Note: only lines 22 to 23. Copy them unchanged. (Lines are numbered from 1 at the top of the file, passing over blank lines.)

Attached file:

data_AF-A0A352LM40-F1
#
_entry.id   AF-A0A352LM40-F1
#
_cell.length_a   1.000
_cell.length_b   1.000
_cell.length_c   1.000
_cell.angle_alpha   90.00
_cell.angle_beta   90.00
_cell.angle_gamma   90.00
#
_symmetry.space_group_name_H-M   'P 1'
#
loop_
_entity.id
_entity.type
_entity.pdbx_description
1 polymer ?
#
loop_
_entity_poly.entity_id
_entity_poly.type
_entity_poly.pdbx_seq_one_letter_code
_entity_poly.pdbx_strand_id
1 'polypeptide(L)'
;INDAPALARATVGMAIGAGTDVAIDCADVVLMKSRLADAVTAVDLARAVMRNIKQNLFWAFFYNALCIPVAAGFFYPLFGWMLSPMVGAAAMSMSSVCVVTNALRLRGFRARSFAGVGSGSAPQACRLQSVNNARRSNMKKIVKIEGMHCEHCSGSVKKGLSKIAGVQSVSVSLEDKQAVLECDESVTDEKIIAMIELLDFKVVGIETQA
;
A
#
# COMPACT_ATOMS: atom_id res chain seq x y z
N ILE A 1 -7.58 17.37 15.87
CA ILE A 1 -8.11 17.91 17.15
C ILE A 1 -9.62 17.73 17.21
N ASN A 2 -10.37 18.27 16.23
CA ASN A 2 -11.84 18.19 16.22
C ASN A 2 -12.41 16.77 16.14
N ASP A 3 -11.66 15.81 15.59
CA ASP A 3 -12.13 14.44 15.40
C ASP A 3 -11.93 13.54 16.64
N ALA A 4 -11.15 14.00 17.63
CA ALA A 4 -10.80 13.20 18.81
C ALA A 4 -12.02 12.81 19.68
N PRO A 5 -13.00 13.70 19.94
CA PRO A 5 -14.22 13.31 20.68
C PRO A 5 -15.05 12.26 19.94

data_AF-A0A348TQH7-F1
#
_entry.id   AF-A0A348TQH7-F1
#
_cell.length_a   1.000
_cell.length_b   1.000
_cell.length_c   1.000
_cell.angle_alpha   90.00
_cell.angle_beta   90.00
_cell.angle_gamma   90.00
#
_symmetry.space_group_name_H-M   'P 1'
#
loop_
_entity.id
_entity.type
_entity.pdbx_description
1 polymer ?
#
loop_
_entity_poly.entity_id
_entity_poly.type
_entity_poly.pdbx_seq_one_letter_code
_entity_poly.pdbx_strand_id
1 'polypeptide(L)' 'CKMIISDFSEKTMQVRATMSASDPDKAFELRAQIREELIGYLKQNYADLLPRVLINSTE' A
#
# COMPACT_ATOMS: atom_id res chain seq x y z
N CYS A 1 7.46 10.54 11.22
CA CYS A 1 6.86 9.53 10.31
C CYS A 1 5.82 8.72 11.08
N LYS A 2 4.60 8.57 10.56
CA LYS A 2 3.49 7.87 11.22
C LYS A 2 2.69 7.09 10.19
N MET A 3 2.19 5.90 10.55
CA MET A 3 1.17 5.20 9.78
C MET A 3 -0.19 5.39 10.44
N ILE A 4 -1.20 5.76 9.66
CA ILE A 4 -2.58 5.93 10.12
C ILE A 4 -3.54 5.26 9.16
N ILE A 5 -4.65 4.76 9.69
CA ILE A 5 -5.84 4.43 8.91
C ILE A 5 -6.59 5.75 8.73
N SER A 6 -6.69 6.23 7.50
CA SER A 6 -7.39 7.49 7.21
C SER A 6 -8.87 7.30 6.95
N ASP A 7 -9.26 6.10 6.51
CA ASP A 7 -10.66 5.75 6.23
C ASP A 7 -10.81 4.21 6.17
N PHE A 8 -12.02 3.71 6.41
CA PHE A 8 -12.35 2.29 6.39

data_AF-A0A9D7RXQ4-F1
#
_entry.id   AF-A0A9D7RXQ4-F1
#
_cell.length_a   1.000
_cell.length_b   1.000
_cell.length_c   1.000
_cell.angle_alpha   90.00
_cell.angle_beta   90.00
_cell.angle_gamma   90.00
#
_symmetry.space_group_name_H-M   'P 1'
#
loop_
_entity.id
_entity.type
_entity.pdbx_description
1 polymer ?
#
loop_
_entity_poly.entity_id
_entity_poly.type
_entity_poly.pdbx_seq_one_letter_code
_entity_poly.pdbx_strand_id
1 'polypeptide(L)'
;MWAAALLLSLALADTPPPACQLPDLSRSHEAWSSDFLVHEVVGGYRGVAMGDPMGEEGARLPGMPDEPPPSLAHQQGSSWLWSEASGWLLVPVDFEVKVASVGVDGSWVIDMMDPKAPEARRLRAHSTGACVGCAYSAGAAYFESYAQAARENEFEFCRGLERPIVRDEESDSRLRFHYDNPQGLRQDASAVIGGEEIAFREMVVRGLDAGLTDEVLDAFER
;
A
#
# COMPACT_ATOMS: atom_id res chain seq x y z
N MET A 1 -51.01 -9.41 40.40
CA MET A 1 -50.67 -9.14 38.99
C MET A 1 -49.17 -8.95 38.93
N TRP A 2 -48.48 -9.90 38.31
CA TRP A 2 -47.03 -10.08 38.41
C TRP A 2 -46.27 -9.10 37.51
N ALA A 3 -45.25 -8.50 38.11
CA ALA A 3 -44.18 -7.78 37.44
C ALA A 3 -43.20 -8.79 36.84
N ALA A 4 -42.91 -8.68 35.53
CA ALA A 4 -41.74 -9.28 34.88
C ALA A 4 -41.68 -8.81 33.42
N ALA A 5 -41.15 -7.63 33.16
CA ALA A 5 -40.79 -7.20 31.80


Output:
_entity_poly.type
_entity_poly.pdbx_seq_one_letter_code